April 2016 Books

A Wizard of Earthsea (Earthsea Cycle, #1)A Wizard of Earthsea by Ursula K. Le Guin
My rating: 4 of 5 stars

Enchanting language. Simple phrasing, yet so direct. You'd think it were telling instead of showing, and yet somehow Le Guin's blunt descriptions build strong pictures.

It is a complex and faceted world, yet with hundreds of islands in Earthsea I found myself skimming quite a few details. Just too much to keep track of. Hence only 4 stars.

Yet I was invested in Ged's journey. I liked that he was mastered by his pride, and bitterly regretted it. I like a story in which there are heavy consequences for thoughtless actions. Such is life. I am interested to read the next book of his journey.

A Natural History of Dragons (The Memoirs of Lady Trent #1)A Natural History of Dragons by Marie Brennan
My rating: 3 of 5 stars

I really wanted to like this book. I'd waited weeks for a library copy. Just as Patrick Rothfuss builds a world in which magic is explained by science, so too Marie Brennan's world of dragons just as another animal species beckoned as an exciting new storyscape. But, alas.

The narrative style was interesting—a senior lady scientist reflecting on her life. But the unemotional intentionality distanced my engagement. I wanted to root for Isabella to break society's expectations; I wanted to grieve with her when someone important died. But I didn't. Rather than a detailed, unveiling adventure of the discovery and science behind dragons, I felt like I was reading a self-justifying 1st person historical account, which lacked colour, vulnerability, and personal stakes. Isabella admits she was a snob and then wants us to feel sorry for her punishment from cultural ignorance? Sorry, I won't feel sorry for a character unless they actually express remorse.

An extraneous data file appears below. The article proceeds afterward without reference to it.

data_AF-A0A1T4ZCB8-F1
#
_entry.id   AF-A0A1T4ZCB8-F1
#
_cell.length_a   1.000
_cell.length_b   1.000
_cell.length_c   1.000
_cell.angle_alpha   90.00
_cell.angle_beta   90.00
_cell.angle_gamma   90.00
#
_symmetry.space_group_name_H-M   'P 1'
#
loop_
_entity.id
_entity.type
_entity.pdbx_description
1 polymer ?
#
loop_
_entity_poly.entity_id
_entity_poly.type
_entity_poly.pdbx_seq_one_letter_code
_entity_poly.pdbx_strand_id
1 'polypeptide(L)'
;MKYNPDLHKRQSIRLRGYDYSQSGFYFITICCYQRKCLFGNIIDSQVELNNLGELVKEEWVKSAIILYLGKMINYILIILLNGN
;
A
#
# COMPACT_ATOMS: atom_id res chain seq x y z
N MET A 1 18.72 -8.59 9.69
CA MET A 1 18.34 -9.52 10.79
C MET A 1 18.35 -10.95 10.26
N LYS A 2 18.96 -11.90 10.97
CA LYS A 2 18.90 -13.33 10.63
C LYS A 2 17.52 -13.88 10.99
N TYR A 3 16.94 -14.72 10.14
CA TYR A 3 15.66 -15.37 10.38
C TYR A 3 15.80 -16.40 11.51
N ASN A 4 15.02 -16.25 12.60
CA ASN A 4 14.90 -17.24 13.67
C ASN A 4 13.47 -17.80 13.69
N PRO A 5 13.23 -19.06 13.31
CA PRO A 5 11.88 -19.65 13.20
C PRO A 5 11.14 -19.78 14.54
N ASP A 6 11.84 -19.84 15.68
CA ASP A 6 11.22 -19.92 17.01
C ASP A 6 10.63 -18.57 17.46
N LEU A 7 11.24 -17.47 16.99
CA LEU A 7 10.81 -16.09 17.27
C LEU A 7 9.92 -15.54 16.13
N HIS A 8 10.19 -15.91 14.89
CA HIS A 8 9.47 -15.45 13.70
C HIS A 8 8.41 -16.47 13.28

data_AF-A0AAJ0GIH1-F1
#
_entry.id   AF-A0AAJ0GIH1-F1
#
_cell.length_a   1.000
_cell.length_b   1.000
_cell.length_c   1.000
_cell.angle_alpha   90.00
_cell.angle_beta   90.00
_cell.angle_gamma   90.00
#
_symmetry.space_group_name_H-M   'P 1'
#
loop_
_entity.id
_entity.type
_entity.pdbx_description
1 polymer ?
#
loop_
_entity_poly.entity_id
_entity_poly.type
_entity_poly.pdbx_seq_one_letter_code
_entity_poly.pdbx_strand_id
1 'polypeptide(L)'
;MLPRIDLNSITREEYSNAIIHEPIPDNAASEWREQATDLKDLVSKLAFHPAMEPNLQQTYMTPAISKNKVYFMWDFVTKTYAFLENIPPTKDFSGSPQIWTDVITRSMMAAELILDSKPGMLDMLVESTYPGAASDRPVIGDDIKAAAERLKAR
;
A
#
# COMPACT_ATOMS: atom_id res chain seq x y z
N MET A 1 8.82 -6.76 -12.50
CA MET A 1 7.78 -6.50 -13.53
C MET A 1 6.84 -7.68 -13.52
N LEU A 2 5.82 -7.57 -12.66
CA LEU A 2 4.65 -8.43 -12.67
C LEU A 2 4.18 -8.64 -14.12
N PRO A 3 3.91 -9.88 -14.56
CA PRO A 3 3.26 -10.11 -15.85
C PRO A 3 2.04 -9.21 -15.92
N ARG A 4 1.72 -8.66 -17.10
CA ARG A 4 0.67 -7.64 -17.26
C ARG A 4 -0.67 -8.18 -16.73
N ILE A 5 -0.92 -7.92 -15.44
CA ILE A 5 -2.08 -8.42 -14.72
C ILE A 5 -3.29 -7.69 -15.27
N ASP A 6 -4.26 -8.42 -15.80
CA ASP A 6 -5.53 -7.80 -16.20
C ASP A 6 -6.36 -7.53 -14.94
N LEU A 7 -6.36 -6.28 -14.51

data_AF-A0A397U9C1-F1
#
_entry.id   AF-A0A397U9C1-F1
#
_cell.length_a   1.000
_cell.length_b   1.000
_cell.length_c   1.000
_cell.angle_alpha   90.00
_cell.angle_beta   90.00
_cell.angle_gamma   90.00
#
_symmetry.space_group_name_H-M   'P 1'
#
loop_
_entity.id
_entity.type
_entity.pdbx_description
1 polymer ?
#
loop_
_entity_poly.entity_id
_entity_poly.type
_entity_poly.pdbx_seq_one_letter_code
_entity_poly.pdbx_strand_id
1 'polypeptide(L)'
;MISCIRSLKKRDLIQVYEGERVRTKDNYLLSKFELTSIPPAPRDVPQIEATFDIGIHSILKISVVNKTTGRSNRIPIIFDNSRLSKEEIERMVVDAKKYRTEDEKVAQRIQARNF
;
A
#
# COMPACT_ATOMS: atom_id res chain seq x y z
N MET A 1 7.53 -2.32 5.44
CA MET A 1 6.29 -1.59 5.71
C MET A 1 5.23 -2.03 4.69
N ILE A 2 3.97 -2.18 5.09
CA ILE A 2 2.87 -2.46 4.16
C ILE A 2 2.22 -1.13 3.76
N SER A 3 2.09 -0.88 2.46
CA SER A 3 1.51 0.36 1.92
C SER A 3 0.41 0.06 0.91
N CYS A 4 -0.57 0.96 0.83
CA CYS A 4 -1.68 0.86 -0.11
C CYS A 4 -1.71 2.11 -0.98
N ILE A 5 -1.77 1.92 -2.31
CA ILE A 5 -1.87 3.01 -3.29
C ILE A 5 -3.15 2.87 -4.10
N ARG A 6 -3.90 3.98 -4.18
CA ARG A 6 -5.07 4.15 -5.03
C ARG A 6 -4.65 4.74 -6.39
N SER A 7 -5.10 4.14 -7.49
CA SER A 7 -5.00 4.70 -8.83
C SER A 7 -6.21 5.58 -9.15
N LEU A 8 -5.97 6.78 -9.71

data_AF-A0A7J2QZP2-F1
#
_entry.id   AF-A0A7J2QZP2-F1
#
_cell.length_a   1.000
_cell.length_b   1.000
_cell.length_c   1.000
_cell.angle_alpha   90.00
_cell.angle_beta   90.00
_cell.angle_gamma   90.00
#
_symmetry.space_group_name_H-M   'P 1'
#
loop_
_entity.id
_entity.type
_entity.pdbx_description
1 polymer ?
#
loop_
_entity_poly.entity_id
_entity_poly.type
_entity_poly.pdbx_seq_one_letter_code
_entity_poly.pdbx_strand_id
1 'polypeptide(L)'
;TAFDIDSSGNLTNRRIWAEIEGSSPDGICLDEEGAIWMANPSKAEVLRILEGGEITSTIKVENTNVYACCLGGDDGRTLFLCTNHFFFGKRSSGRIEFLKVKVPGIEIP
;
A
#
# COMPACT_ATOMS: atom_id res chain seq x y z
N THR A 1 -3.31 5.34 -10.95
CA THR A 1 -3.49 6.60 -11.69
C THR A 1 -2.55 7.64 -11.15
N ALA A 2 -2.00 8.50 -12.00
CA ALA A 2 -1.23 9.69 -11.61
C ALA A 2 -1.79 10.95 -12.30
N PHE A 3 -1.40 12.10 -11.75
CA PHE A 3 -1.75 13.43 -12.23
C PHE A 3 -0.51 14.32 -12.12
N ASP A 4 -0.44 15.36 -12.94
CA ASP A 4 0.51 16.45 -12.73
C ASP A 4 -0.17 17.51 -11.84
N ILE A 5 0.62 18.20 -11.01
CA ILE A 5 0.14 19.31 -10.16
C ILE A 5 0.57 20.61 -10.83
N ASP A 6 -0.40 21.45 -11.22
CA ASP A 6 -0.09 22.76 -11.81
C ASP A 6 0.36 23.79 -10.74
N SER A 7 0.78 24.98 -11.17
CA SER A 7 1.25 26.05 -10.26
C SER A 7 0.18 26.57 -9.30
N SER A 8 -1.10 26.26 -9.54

The author does a good job of hinting and teasing with names and details of far-off places and potential adventures, which does tempt me to read Book 2. But not enough to do it. Why? Because I don't really care about Isabella. And as a writer, that seems to be the principle lesson I've learned from the last 3 books. I had better darn well write characters that people actually care about.

Westmark (Westmark #1)Westmark by Lloyd Alexander
My rating: 3 of 5 stars

This one was hard to get into. Somehow the spare storytelling felt removed, and I didn't have any character sympathy or concern. There were some pleasing details, and a few "aha!" moments, which are always nice. But I wouldn't recommend the book, nor did I feel motivated to continue the series. So it was good, I'm glad I read it, it gave me some good pointers, but that's about it.

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